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April 26, 2012 | 12:00 a.m. CST
Ahmed El-Tayash was leaving Columbia for a new job in Atlanta six years ago. But he had a problem. There was no way he could fit all of his belongings in his car for the move. He decided to leave most of his things behind with his family.
His brother Aziz El-Tayash called him when he was already on the road. Aziz told Ahmed that he was on his way to Georgia in a truck filled with everything he had left.
The action was typical of his older brother who is always finding ways to surprise him with kindness and always willing to help him out of a bind.
The brothers’ ties to Columbia are strong. Aziz was born in Benghazi, Libya, shortly before their father, Youssef, brought the family to the United States in 1979. In 1984, Youssef bought Campus Eastern Foods, which today stands renamed as A&Y Global Market in a new location just north of Broadway on Fourth Street.
The brothers grew up in a family of five children — a basketball team of boys, in Ahmed’s terms. Aziz, 34, the second son, and Ahmed, 31, the third, each took turns staffing the store. Many of Aziz and Ahmed’s customers can still remember when the boys could barely reach over the counter. “I like to think I put the most time in, but he would disagree,” Ahmed says with a laugh. Aziz rarely works in the store now. In 1998, he opened Casablanca Mediterranean Grill, a dream borne out of learning Libyan recipes from his mother as a child.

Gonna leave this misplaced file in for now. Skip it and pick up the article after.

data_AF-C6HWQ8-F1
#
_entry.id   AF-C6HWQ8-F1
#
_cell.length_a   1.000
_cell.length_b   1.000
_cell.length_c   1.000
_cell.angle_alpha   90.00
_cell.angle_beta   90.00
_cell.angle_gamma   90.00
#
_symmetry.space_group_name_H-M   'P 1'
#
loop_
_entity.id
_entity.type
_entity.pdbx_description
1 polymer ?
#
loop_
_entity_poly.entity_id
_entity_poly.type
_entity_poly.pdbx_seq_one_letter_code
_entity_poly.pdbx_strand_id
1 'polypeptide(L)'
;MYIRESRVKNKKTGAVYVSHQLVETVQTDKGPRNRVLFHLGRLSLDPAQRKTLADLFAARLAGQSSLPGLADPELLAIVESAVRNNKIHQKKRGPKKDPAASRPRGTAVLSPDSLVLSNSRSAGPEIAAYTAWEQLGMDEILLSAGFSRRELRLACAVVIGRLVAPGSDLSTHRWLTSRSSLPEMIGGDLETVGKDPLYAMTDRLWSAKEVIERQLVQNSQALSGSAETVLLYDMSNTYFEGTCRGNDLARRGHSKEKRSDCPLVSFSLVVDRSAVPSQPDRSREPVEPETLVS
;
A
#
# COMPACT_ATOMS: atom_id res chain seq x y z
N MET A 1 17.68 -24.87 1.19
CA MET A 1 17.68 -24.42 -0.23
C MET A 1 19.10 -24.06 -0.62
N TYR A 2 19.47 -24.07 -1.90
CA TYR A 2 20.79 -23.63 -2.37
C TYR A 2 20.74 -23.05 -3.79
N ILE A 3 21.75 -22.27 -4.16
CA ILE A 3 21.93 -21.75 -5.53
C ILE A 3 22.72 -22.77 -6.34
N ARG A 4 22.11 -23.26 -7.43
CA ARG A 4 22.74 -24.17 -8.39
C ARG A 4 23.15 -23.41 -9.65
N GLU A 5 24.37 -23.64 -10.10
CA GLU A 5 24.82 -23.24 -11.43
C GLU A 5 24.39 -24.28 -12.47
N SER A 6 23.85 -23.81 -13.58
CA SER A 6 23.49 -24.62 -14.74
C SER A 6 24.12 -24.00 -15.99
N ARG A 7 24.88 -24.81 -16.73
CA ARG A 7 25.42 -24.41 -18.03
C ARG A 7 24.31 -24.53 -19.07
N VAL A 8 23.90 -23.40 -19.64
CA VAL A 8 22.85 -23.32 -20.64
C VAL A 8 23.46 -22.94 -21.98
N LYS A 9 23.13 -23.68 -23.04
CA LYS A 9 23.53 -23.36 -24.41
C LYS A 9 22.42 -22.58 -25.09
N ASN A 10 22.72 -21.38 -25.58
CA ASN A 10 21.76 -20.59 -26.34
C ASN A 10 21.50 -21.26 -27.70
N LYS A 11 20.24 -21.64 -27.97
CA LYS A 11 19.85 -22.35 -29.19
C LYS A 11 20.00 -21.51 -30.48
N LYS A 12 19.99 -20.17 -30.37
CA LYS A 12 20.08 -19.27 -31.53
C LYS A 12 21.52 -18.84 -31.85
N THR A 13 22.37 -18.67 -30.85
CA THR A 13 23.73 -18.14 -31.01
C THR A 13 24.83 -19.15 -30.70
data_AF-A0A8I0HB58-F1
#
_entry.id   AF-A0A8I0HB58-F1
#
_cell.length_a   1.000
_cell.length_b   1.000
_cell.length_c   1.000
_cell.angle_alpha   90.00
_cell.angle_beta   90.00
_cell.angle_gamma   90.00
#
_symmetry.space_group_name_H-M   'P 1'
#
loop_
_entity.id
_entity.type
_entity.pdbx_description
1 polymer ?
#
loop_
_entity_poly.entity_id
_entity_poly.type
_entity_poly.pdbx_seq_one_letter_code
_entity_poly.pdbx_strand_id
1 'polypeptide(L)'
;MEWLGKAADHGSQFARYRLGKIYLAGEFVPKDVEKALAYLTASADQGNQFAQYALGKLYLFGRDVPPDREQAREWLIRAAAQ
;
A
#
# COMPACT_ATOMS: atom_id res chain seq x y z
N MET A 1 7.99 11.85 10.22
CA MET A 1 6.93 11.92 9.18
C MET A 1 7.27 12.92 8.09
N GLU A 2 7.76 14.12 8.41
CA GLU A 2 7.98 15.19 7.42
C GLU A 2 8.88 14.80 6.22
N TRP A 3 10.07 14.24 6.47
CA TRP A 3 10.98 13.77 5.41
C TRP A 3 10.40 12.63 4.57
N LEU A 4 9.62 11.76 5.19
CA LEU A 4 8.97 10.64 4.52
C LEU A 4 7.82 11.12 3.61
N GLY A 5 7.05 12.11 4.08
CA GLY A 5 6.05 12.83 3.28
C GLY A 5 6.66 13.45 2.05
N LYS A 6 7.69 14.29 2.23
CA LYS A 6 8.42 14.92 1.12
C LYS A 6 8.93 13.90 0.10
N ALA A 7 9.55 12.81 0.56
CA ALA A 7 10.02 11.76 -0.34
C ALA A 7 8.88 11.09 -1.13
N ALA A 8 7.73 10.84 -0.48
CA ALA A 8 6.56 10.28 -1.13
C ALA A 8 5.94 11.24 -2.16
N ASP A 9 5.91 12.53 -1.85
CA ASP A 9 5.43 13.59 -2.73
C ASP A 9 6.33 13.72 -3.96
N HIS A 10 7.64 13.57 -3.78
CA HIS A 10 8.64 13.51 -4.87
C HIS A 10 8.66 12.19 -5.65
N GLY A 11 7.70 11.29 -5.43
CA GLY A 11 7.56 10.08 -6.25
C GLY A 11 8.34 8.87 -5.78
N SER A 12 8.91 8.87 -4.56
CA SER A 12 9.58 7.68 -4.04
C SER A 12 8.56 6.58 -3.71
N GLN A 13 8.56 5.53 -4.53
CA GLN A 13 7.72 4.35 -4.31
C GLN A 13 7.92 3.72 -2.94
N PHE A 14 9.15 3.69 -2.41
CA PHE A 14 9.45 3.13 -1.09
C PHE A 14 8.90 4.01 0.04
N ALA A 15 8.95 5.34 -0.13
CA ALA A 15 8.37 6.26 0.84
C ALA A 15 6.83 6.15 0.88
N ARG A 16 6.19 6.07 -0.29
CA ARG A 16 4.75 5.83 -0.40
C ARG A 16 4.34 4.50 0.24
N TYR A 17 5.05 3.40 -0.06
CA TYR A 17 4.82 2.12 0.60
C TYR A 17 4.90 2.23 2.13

The younger brother talks fast and emphatically, using his hands to gesture expressively. Where Ahmed’s mannerisms are exaggerated, Aziz is more stoic. The family resemblance is undeniable, but Aziz is stouter than his younger brother and wears a trademark hat to show his allegiance to the Cardinals, one thing the brothers do not agree on.
They still chide each other, as brothers are wont to do. As one of them tells the story of their family’s ties to Columbia, the other is apt to butt in at any moment to correct and elaborate.
Today, the brothers run their own businesses with others. Ahmed is the co-owner of A&Y Global Market, and Aziz is the co-owner of Casablanca, which until last fall were across from each other on Fifth Street.
The family gained new prominence during last year’s Libyan revolution when the brothers took to the streets of Columbia to gain attention for the movement that would eventually depose the nation’s dictator. Ahmed organized the city’s Libyan community in two demonstrations against Moammar Gadhafi’s regime, and both brothers raised money for the revolution. A fundraising dinner at Casablanca raised $6,000.
Although the brothers are separated by Broadway after the grocery’s October move, the two are still in and out of each other’s establishments throughout the day. Ahmed carries most of the supplies his brother needs at the restaurant.
“The good thing about having a family business is that you have people that you can depend on, people you can trust,” Ahmed says.